The gameplan is really one-dimensional in Game 1, but the creatures hit extremely hard.

After sideboarding, Duress and Arguel’s Blood Fast come into make things a lot harder for control, and you have some options on removal. I’ve leaned toward Kraul Harpooner and Price of Fame, despite the fact that they’re pretty narrow, because removal spells that put creatures in your graveyard a lot better than those that don’t, though maybe I’m fixating a little too much on Charnel Troll.

It’s also possible that, if we’re working so hard to enable Charnel Troll, we want some other Undergrowth cards, but Charnel Troll doesn’t exactly play well with others. Rhizome Lurcher mostly seems like a bad Nullhide Ferox, and I don’t think we’re going quite big enough to want Golgari Raiders.

I mentioned Song of Freyalise. I’m curious about an Abzan token strategy.

Traditionally, strategies that go wide struggle with sweepers. This deck has a lot of countermeasures for that. Hunted Witness and Doomed Dissenter leave creatures behind, which also helps make sure your opponent can’t kill your creatures to turn off Song of Freyalise. Legion’s Landing transforms into a resilient threat.

History of Benalia and Rite of Belzenlok offer creatures on a delay, which makes your opponent wait to sweep everything. Vraska, Golgari Queen lets you essentially move resources from the battlefield to your hand, decreasing the extent to which you’re overextended. Divine Visitation turns any token-making card into a threat that must immediately be dealt with.

As a result, spot removal is almost worthless, sweepers are taxed, and attacking is tricky because you have such good blockers. Really cheap sweepers like Path of Mettle, Golden Demise, and Goblin Chainwhirler are still effective, but your opponent needs to have exactly the right answers.

After sideboarding, Conclave Tribunal offers an extremely versatile answer. As always, I lean on Duress and Arguel’s Blood Fast against control. Additional Divine Visitations let you go bigger against anyone who’s trying to play an interactive game against you, and Shalai, Voice of Plenty and Lyra Dawnbringer punish people who are trying not to interact with you.

This list might want a little more removal maindeck, and I’m not sure about Rite of Belzenlok, but this deck looks like it might actually have some game to me.

The other splash we want to consider is blue, which offers a different path to filling the graveyard with Surveil.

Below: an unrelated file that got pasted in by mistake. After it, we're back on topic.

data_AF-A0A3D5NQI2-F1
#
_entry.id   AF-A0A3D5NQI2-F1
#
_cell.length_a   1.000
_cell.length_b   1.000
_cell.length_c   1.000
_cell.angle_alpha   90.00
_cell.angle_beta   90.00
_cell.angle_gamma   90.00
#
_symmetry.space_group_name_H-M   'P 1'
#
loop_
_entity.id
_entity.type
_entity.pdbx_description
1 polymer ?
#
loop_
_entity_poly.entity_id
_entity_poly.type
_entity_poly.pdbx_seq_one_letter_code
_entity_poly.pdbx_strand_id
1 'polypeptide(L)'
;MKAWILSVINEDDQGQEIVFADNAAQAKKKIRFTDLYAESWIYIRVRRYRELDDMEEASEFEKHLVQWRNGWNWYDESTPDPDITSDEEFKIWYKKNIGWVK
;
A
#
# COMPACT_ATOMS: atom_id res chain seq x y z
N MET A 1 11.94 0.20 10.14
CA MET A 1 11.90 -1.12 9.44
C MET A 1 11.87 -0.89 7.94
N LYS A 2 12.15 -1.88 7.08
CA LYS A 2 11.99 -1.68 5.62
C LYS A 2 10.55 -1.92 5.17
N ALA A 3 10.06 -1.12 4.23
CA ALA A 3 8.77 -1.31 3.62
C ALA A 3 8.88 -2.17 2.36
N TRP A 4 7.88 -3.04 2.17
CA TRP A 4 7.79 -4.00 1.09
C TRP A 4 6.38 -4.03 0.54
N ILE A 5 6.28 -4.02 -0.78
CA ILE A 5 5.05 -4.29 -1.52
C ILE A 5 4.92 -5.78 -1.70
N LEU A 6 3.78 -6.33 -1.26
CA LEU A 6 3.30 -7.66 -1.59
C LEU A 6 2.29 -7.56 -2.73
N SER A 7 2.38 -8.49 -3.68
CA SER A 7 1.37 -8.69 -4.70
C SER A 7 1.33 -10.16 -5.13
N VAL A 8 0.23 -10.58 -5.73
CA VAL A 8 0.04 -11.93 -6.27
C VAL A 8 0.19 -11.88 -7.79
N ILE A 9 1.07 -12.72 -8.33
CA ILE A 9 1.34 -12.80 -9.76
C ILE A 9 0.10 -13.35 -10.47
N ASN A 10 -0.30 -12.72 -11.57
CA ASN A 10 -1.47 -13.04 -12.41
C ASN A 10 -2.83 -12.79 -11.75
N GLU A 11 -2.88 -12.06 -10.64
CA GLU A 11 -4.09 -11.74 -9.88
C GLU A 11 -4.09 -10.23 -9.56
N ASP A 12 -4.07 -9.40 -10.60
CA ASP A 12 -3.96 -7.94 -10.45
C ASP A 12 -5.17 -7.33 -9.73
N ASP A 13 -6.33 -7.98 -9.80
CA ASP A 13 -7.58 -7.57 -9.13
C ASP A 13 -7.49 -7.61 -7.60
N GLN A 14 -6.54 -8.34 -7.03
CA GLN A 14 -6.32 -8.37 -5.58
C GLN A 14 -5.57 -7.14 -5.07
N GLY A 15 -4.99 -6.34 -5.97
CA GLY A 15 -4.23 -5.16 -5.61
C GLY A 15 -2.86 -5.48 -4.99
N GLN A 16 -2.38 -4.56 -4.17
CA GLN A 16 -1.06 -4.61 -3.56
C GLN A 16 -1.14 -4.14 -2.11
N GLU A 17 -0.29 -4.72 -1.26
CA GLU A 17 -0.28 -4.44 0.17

I’m not sure how best to accomplish my goal. What I want to do is to make my deck small with surveil and then shuffle the good cards back and keep casting Vraska’s Contempt and Sinister Sabotage over and over. I like the idea of getting a ton of lands onto the battlefield with The Mending of Dominaria, but I don’t want to play that many creatures.

I might be able to get away with playing The Mending of Dominaria without too many creatures because I can surveil the few I have into the graveyard. At the same time, maybe Gaea’s Blessing is better because I can get everything back for free if I surveil it, and it doesn’t require as much green mana, but it also doesn’t let me choose to only put some things back.

I can also do everything I’m trying to do without splashing green, using Devious Cover-Up, which I absolutely love, but it’s a little clunky and doesn’t let me go huge with The Mending of Dominaria, though that might not be necessary.

Even if I’m just using Devious Cover-Up to recycle my library, I like the idea of splashing a good planeswalker, and Vraska’s a little easier on the mana than Teferi, Hero of Dominaria, but Teferi might still be a better option, since the mana’s pretty easy for a small splash like that anyway, thanks to surveil.

Blood Operative and Vraska’s Contempt allow you to recuperate life lost to attackers and Notion Rain, which is important, but I’m not sure if we can get away with tapping mana on our turn for Notion Rain, and, despite Chemister’s Insight not having surveil, we might need to play it instead, or a mix. Discarding Blood Operative to Chemister’s Insight is potentially pretty good, as is Surveilling it into the graveyard.

I’m not sure about Doom Whisperer. It’s a great card, but this deck might not be the best fit for it. Right now I have it in so that I have something good to return with The Mending of Dominaria, but maybe a better plan is to use Bone Dragon and not The Mending of Dominaria, either just relying on Devious Cover-Up or possibly using Bone Dragon to sculpt your graveyard for Gaea’s Blessing, though that sounds like the kind of late-game nonsense that will never actually come up, whereas Gaea’s Blessing messing up your Bone Dragon will come up.

I’m definitely concerned with this deck’s early game. It probably needs more removal, but I’m not sure how much or what kind without having a better idea of how the aggro decks will look in the new Standard.

My real conclusion about blue here might just be that you should respect Devious Cover-Up, and it might change how control decks are built, though Unmoored Ego can punish people who go too far.